WEDNESDAY, March 29, 2017 (HealthDay News) -- For adults age 60+ years, there is an upward trend in the prevalence of current drinking, according to a study published online March 24 in Alcoholism: Clinical & Experimental Research.
Rosalind A. Breslow, Ph.D., M.P.H., from the National Institutes of Health in Bethesda, Md., and colleagues evaluated gender-specific trends in the prevalence of drinking status among U.S. adults ages 60+ years, by age and birth cohort. Data were included for 65,303 respondents ages 60+ years in the 1997 to 2014 National Health Interview Surveys. Trends were described as average annual percent change (AAPC: overall change 1997 to 2014) and annual percent change.
The researchers found that the unadjusted prevalence of current drinking trended upward, on average, 0.7 percent per year among men ages 60+ (AAPC, P = 0.02); the average volume and prevalence of binge drinking remained stable. The results were similar after adjustment. The unadjusted prevalence of current drinking trended upward among women age 60+, 1.6 percent per year on average (AAPC, P < 0.0001); the average volume remained stable, but there was an increase of 3.7 percent per year on average in the prevalence of binge drinking (AAPC, P < 0.0001). Results were similar after adjustment. There was variation in trends by age group and birth cohort.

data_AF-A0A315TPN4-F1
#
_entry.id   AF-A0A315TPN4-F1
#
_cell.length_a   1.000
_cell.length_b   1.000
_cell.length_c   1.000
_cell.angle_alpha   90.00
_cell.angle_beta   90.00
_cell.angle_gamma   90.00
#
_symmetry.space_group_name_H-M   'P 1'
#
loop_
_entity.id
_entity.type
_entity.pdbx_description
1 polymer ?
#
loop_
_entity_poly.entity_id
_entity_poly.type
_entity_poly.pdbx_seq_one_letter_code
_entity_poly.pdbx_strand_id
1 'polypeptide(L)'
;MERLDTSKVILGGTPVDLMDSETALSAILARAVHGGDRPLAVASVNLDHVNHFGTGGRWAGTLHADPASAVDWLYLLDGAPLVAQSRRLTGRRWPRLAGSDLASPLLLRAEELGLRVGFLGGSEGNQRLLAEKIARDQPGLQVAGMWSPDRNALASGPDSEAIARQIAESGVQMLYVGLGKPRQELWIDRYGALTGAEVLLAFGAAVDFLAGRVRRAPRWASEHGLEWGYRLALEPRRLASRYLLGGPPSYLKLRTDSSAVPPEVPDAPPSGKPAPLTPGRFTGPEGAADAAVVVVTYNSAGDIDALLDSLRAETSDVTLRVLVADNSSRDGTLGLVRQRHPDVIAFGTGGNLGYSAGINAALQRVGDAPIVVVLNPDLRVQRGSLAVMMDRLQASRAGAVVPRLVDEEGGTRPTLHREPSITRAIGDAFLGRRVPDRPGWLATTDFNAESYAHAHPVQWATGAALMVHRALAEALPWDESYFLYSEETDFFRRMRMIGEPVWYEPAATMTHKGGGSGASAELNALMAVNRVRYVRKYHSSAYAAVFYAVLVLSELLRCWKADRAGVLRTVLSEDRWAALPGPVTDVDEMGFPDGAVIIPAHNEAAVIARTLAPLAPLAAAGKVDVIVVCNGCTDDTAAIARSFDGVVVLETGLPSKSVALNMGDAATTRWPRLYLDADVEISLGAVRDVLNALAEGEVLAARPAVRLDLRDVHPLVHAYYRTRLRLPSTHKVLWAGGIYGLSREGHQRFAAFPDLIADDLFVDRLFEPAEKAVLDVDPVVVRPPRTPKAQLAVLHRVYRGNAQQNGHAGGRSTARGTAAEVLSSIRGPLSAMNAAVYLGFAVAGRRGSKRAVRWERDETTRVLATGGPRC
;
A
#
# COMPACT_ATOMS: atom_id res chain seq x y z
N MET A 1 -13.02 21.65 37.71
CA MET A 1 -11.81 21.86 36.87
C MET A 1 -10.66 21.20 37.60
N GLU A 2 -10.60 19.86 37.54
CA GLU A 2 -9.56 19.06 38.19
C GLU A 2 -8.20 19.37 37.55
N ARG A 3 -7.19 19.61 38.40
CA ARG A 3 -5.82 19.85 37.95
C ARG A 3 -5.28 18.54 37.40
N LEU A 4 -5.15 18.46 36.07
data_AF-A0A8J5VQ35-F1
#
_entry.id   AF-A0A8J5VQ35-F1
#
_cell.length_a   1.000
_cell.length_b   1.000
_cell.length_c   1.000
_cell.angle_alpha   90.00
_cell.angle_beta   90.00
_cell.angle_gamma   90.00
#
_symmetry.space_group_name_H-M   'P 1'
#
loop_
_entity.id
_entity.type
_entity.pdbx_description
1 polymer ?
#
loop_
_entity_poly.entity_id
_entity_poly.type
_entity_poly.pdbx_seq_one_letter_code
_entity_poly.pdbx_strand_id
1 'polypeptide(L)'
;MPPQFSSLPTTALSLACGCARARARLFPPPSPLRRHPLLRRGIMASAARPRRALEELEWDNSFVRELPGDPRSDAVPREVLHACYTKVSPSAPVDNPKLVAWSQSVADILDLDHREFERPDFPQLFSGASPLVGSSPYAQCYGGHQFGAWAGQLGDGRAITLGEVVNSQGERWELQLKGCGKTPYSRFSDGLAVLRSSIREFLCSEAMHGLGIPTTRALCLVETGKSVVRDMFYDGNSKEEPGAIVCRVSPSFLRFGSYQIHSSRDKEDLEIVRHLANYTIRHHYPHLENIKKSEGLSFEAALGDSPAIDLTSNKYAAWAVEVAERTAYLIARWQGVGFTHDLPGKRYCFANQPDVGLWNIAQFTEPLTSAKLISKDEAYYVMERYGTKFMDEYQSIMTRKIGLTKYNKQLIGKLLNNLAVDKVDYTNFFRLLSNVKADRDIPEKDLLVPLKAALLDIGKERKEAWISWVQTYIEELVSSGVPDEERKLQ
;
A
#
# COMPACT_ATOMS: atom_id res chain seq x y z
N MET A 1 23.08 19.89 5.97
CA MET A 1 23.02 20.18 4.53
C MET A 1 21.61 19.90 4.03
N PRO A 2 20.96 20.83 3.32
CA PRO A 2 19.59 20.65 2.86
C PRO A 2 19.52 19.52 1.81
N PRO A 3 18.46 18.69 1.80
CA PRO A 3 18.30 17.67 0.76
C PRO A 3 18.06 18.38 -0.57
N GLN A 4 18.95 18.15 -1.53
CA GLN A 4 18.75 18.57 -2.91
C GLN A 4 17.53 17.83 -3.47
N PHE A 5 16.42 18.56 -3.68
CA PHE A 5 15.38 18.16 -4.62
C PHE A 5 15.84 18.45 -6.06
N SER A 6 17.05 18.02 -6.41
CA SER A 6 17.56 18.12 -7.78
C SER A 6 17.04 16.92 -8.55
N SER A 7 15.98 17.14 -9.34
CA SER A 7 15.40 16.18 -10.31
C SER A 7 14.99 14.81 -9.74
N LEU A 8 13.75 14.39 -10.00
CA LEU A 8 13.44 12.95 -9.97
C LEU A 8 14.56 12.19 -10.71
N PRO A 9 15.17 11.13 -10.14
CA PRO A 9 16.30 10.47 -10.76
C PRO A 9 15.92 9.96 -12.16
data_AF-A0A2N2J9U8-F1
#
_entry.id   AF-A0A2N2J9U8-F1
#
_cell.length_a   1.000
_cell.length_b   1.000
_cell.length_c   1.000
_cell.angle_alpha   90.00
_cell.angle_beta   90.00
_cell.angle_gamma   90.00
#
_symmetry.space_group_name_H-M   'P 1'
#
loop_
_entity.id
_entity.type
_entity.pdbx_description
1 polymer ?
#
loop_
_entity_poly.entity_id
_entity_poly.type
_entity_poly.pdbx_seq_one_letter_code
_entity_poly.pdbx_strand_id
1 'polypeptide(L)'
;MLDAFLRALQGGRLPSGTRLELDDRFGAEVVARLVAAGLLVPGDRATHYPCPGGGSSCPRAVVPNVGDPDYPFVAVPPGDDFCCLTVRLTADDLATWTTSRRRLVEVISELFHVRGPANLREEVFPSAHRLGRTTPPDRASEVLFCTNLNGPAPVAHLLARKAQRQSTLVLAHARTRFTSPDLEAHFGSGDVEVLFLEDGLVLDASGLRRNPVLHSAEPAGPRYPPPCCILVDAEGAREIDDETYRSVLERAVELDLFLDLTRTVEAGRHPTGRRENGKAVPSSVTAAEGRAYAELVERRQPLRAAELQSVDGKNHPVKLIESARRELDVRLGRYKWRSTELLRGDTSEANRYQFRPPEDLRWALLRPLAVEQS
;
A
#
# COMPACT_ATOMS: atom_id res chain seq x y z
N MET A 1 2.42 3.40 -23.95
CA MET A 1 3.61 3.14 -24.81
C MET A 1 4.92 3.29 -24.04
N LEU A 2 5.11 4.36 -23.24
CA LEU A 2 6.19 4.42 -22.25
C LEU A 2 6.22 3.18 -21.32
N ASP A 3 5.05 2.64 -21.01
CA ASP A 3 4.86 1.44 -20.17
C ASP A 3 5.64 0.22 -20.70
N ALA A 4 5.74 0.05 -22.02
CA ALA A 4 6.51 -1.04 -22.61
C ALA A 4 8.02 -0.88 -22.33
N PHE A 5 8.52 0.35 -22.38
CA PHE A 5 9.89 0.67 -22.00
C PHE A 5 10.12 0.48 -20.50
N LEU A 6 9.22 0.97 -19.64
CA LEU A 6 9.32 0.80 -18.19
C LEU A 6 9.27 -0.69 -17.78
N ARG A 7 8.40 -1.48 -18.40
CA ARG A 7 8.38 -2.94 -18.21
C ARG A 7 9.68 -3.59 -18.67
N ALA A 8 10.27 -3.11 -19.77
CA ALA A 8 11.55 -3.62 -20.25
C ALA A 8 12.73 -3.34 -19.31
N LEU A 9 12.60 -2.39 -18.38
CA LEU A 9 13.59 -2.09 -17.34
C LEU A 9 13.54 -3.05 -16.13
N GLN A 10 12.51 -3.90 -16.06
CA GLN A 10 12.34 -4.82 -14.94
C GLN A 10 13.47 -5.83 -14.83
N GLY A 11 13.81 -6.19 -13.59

"Our finding of upward trends in drinking among adults ages 60+, particularly women, suggests the importance of public health planning to meet future needs for alcohol-related programs," the authors write.
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